No one can argue that 2020 hasn’t been challenging. If you are like me, you may have found yourself reflecting on your life while hiding in the closet from your children. Sorry, I mean reflecting on your life while taking some “me-time” in the closet. I hit a major milestone this year. Twenty years in practice. Where did the time go? I miss the days of study group, anatomy lab, and brisk fall days spent outside doing rectal exams on cows.

I currently work at the American Society for the Prevention of Cruelty to Animals (ASPCA) in New York City and have been here for ten years. The ASPCA is a national non-profit animal welfare organization that supports communities to help vulnerable, at-risk animals and keep pets in safe, loving homes. When I started my path to become a veterinarian, I never expected to live in New York City or work in animal welfare. Never. In. A. Million. Years. Instead, I saw myself in private practice living on a farm strolling through sun-filled fields of wildflowers and tall grass with my dogs on my way to my next housecall. How did I wind up so seemingly far off track yet feeling I am exactly where I am meant to be?

I’m not one of those people who wanted to be a veterinarian since I was a kid. In fact, when I went to college, I wanted to be a lawyer like my dad. Then I decided I wanted to be an organic farmer (I went to a hippie college), then a marine biologist, then a paleontologist, then a (fill in the blank). You get the picture. Not atypical for one with a liberal arts education.

It all changed one day when I found out a guy that lived down the hall from me in my dorm was studying to be a veterinarian. I thought that sounded like fun, even though I was terrified of big dogs and hated math and science. So that’s what I did. I attacked the science requirements and only cried a little (actually a lot) while taking physics. I got over my fear of dogs by volunteering to work with big scary livestock guarding dogs. Applied and miraculously got into vet school. I loved vet school and still consider it to be one of the best times of my life.

It wasn’t all unicorns and rainbows, though; I matched to an internship in New York City (UGHHHHH) when I wanted to go to Colorado. What happened to the sun, farm, and wildflowers? But NYC grew on me, and I stayed for seven years after my internship. I worked as a general practitioner in a fancy Upper East Side practice, where pet owners had resources to provide top-notch care for their animals. 

After a while, I got a little bored or restless, or something that I can’t quite put my finger on; what I was doing no longer felt satisfying to me. I dabbled with the idea of specializing and even applied to residencies. I felt frustrated and lost. I thought maybe a detour to Boston to work as an emergency veterinarian in a 24-hour specialty practice would help. It didn’t. I loved the work and my co-workers but hated staying up all night.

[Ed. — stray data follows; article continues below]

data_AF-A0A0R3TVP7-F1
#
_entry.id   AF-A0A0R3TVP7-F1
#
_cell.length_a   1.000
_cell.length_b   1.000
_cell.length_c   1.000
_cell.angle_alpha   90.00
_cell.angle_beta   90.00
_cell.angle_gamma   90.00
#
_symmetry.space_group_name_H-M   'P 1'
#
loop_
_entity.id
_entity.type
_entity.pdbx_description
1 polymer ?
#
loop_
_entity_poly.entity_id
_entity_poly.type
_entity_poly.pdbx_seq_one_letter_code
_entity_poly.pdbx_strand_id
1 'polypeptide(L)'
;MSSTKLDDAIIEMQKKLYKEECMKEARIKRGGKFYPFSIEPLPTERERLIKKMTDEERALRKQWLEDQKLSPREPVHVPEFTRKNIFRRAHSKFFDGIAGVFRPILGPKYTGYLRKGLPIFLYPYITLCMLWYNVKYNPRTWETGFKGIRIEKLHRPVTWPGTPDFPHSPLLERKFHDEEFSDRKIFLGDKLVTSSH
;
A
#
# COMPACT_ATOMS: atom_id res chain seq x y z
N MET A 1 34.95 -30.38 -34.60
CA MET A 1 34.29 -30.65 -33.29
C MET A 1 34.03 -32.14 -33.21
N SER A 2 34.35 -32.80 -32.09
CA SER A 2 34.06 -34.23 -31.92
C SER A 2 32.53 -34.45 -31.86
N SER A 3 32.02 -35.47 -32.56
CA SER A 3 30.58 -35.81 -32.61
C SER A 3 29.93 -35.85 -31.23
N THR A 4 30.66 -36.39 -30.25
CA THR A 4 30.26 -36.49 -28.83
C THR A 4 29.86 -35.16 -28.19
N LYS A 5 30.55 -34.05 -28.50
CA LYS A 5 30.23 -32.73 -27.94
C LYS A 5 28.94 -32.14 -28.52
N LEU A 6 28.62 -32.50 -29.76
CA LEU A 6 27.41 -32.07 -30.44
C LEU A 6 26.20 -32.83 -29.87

Just before my move to Boston, I worked at the ASPCA for a short time. My primary responsibility was to support the veterinary internship program, which was new at the time. I was not directly involved in much animal welfare work; however, I had enough exposure to realize that the work was important and necessary. This realization stuck with me during my time in Boston. I came back to the ASPCA a couple of years later to pursue a career in animal welfare. Daily, as an ASPCA forensic veterinarian, I see the horrible things people do to animals. However, daily, I also see the powerful bond that exists between people and animals and the lengths to which pet owners will go to keep their pets safe and healthy. This has been especially true during the pandemic when so many pet owners are struggling to provide for their animals, often sacrificing their own needs to care for their pets. At last I feel satisfied. Through my work, I feel proud knowing that I’m helping to positively impact animals and people, and it feels good.

Veterinary medicine is such a rewarding profession for many reasons, even though we all have days where it does not feel that way. It is unique in that there are always opportunities to do something new. Be brave and take advantage of those opportunities as you never know where they will lead you. Wear a mask, wash your hands, take me-time in the closet, and always know that no matter how you get there, you will always end up exactly where you are meant to be.

We at the ASPCA are hoping to hear about some of your own experiences in the field. If you are employed in veterinary practice in any role (veterinarian, technician, assistant, client services, etc.), would you give us 15-20 minutes of your time by completing this anonymous survey to help us learn about your work and how we can best support your animal welfare efforts?

Laura N. Niestat DVM, MS
Forensic Veterinarian
Policy, Response, and Engagement

The views and opinions expressed in this article are those of the author and do not necessarily reflect the position of the editorial team.


Dr. Laura Niestat is a forensic veterinarian with the ASPCA in New York City. She received her DVM from Tufts University School of Veterinary Medicine and has a Master’s Degree in Veterinary Forensic Science
from the University of Florida. She lives in NYC with her husband, two children, and way too many dogs.